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Link’s Agriculture Working Group seeks to conserve the natural and historic environment and improve animal welfare by seeking improvements to agriculture and land management policy.

Chair: Christopher Price, Rare Breeds Survival Trust
Vice Chair: Tom Lancaster, RSPB
Link: Zoe Davies, Policy Lead

Update from the group:

As the Agriculture Bill passes through Parliament, we are working in partnership with Greener UK to secure amendments to the bill on priority issues, including a framework for long-term budget-setting, legal commitments to maintaining standards in trade deals and a more effective regulatory approach to underpin future farming schemes. For more detail, see our most recent briefing for Committee Stage of the bill.

In parallel, we are influencing the policies that will flow from the bill. In our response to the ELM Policy Discussion Document, we critique Defra’s proposals for its flagship policy, Environmental Land Management (ELM). Overall, the ambition needs to be amped up significantly, particularly for tier 1, if we are to meet our climate and environmental goals. There should be a much greater focus on delivery of integrated outcomes and whole-system approaches that enable production of sustainable food and timber whilst delivering tangible benefits for people, nature and climate. Furthermore, reform of the agricultural regulatory and enforcement system, as recommended by Dame Glenys Stacey in 2018, is urgently needed to underpin investment of public money.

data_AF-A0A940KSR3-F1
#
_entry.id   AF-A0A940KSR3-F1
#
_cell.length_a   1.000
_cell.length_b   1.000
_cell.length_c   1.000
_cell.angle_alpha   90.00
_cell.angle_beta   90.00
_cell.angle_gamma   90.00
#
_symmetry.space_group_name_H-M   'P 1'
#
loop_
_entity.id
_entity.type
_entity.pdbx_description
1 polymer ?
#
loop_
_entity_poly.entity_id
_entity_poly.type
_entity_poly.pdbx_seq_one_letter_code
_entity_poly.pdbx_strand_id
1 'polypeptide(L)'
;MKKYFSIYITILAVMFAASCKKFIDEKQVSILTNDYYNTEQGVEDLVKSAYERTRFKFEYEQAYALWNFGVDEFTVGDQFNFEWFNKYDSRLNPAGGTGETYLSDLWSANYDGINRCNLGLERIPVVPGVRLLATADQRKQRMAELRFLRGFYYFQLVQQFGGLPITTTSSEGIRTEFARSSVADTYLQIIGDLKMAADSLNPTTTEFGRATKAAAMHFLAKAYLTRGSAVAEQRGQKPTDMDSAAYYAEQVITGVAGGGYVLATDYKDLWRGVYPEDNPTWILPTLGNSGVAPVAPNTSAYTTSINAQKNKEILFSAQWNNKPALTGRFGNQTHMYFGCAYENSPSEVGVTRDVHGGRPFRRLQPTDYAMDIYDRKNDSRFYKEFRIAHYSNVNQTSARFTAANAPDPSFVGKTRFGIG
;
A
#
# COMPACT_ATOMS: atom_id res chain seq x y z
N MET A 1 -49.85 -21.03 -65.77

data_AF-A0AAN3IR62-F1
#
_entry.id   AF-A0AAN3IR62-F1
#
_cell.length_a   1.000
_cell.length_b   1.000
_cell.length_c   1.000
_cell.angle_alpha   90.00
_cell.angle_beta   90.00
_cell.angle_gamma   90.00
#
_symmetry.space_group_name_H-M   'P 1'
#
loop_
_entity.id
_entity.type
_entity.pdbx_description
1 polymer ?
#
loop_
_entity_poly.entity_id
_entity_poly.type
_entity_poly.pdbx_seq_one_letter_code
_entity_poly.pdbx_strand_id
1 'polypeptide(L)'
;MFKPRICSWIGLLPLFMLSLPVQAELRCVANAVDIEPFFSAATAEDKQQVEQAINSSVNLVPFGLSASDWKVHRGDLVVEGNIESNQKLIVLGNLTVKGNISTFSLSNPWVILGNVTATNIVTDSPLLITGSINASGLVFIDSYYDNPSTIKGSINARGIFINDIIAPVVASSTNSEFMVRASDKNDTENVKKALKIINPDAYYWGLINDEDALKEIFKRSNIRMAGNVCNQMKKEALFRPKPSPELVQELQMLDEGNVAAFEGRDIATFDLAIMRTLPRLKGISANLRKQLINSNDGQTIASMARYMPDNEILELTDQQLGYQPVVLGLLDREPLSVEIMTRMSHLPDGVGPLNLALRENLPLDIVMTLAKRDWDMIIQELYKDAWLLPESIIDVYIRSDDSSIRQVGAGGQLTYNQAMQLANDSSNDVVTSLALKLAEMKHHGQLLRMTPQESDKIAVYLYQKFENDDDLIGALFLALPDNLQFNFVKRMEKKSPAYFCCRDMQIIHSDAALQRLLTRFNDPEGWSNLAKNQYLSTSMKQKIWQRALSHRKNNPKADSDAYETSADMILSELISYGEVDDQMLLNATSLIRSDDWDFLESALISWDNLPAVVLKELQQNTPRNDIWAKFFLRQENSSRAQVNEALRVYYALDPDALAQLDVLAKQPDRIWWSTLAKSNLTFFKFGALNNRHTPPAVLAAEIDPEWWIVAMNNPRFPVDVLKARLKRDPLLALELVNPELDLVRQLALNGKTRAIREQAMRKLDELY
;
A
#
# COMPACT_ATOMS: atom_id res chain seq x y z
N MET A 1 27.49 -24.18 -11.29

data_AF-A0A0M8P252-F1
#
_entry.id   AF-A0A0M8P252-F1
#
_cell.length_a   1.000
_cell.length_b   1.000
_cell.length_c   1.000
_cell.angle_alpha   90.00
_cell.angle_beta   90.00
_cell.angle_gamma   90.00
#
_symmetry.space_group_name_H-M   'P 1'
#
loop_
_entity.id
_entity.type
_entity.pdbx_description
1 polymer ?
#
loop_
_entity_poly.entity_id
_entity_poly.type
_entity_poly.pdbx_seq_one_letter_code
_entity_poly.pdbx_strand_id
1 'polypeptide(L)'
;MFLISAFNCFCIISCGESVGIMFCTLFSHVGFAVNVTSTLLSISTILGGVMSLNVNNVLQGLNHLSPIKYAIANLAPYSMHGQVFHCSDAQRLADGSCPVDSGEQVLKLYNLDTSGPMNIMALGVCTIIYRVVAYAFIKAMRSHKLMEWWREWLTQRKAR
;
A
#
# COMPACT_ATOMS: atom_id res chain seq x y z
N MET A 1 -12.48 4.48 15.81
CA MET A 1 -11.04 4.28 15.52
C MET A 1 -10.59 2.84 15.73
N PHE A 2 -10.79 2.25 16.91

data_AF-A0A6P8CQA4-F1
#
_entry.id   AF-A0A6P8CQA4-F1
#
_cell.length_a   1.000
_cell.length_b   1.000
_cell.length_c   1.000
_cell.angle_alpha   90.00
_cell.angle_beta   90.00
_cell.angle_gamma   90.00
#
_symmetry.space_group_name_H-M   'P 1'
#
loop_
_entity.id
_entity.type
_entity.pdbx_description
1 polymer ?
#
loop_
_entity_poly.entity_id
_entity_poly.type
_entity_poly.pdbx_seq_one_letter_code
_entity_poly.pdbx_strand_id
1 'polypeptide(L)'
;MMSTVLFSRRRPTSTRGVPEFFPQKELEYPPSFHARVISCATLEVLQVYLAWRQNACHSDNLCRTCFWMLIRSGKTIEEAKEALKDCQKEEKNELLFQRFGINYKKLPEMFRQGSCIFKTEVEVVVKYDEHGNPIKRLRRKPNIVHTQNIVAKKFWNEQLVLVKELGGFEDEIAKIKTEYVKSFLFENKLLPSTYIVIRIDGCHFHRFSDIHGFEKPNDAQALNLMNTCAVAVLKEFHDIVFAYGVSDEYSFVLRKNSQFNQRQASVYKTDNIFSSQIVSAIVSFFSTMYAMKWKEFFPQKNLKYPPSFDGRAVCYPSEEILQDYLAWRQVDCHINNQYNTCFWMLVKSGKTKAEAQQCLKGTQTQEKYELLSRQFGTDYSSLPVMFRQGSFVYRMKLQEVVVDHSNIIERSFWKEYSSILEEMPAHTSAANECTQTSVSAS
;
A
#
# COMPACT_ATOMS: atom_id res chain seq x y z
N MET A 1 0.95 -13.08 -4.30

Link’s landmark research showed that, despite often being framed as sitting on opposite sides of the fence, farmers and conservationists are largely on the same page about the direction of future farming policy. Link’s report “Putting our eggs in a better basket: A survey of English farmers’ opinions on agriculture policy” shows that 80% of farmers believe the health of the natural environment is important or very important for their farm business. Furthermore, half (50%) of farmers agree with the principle of ‘public money for public goods’ (one third are neutral, and one in five disagree with the principle), and two thirds of farmers say regulation is important or very important to protect standards in the farming industry. This research is a clear call to government to deliver an ambitious Agriculture Bill and future policy that ensures farming and nature survive and thrive.

For further information, contact Zoe Davies, Link’s Policy Lead

Last updated: 31 July 2020

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